Maintenance workers for the China Railway Lanzhou Group on the Dunhuang Railway line in Gansu province on Jan 12. DU ZHEYU/XINHUA
LANZHOU－While most people are still asleep, 24-year-old Song Weiying has already begun his work day as a “sand fighter” in the Kumtag Desert in Northwest China.
Also dubbed a “terracotta warrior” or “scavenger,” Song is one of the railway maintenance workers for the China Railway Lanzhou Group, stationed on a section of railway passing through the desert in Gansu province.
“Strong winds blow from spring to winter, making it very hard for us to clear the sand on the railway,” Song said.
The Dunhuang Railway line, which Song and his colleagues work on, intersects existing railways in Gansu and Qinghai provinces and the Xinjiang Uygur and Tibet autonomous regions to form a circular network in Northwest China.
The section from Yangguan to Shashangou on the Dunhuang line is famous for strong gales. Located in the middle of the desert, the section sometimes gets buried under sand, posing a serious threat to the safety of trains.
A worker cleans sand off the track along the Dunhuang line. DU ZHEYU/XINHUA
The sand fighters’ mission is often undertaken in the face of sandstorms and low visibility. At times, conditions are so rough that sand gets into their eyes, ears and mouths.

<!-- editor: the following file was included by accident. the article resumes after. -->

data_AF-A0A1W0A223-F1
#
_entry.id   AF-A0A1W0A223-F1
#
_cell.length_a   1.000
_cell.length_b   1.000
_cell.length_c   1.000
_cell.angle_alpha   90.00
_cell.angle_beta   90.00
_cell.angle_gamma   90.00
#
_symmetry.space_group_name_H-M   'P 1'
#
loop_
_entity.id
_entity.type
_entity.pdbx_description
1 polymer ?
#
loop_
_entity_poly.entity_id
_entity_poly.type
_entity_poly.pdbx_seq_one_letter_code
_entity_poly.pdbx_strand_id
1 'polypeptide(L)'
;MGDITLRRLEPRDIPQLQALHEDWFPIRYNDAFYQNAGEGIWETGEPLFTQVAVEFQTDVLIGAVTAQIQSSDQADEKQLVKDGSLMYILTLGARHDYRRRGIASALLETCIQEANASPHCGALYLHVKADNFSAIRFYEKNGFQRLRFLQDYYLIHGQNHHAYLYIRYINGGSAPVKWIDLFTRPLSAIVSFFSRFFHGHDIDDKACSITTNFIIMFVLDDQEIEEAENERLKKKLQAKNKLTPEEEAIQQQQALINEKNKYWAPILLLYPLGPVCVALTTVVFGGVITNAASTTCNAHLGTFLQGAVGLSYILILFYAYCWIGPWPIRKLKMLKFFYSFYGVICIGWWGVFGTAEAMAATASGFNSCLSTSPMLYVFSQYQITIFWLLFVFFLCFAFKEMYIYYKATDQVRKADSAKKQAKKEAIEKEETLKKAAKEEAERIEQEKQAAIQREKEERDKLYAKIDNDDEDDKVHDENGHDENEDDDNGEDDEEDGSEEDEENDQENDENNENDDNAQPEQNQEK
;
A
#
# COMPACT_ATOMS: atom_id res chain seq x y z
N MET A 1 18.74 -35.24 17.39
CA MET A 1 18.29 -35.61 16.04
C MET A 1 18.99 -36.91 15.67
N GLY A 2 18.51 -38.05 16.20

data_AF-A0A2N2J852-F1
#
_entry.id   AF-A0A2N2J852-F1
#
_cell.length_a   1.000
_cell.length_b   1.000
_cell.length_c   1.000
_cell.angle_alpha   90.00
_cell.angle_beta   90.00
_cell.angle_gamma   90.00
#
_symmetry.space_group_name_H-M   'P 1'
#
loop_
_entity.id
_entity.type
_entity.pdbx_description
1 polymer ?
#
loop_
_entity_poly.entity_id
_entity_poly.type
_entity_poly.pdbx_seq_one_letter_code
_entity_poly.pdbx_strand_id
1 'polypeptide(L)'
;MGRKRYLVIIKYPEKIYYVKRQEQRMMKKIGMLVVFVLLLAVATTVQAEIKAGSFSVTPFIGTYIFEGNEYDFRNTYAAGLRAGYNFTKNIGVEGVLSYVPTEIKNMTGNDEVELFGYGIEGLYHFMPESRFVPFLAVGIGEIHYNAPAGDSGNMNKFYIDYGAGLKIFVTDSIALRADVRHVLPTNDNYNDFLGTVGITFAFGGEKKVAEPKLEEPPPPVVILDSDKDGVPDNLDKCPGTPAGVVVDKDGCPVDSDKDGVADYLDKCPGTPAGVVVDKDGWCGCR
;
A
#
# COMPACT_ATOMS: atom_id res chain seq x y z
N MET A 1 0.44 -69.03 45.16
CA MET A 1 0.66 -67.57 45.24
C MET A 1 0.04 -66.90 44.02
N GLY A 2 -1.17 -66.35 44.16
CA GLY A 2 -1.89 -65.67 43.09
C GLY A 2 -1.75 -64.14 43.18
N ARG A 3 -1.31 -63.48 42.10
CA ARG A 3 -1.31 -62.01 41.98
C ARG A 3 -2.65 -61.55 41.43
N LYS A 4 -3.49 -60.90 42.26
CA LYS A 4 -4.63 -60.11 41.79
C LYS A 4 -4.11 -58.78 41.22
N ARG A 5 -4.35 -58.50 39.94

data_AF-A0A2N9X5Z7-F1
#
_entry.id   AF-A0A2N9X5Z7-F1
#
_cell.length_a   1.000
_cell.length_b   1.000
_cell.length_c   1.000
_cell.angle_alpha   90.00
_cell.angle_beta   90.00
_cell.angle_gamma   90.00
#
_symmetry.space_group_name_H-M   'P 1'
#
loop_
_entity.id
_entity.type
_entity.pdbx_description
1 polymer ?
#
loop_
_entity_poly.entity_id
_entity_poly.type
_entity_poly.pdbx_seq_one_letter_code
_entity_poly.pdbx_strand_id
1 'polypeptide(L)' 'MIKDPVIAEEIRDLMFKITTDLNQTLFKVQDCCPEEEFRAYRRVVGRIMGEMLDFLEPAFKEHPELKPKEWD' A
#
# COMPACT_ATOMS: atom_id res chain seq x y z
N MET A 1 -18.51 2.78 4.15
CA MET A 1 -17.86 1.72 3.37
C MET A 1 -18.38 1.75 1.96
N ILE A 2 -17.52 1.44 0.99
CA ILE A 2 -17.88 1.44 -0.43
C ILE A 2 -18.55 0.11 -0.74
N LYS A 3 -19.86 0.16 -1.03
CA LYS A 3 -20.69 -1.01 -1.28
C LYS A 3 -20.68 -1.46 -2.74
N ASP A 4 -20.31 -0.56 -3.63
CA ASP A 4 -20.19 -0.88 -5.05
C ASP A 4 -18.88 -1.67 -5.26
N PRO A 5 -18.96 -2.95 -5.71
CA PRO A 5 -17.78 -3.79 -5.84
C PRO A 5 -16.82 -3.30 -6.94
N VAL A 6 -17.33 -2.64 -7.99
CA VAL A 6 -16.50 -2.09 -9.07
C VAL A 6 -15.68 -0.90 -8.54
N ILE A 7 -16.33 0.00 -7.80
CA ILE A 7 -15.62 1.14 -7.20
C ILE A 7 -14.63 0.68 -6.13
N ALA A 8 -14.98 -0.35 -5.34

Song said once he and his colleagues had to rush to their workplace after receiving a wind warning. It took them more than 10 hours to clear the sand, a job that takes a few hours on a normal day.
“The sandstorm was so severe that we couldn’t open our eyes and had to grope our way forward. Those moments made me realize what desperation means,” Song said.
Unlike Song, co-worker Yu Guohua enjoys the challenge of his job. Yu, who volunteered to become a railway maintenance worker in 1995, said hardships always rekindle his enthusiasm for life.
During a recent sand-clearing operation on the Yangguan-Shashangou section, Yu took off his gloves and proudly showed the calluses on his hands.
“If we don’t volunteer, who else will?” he said, as the workers advanced unfazed like camels in the desert.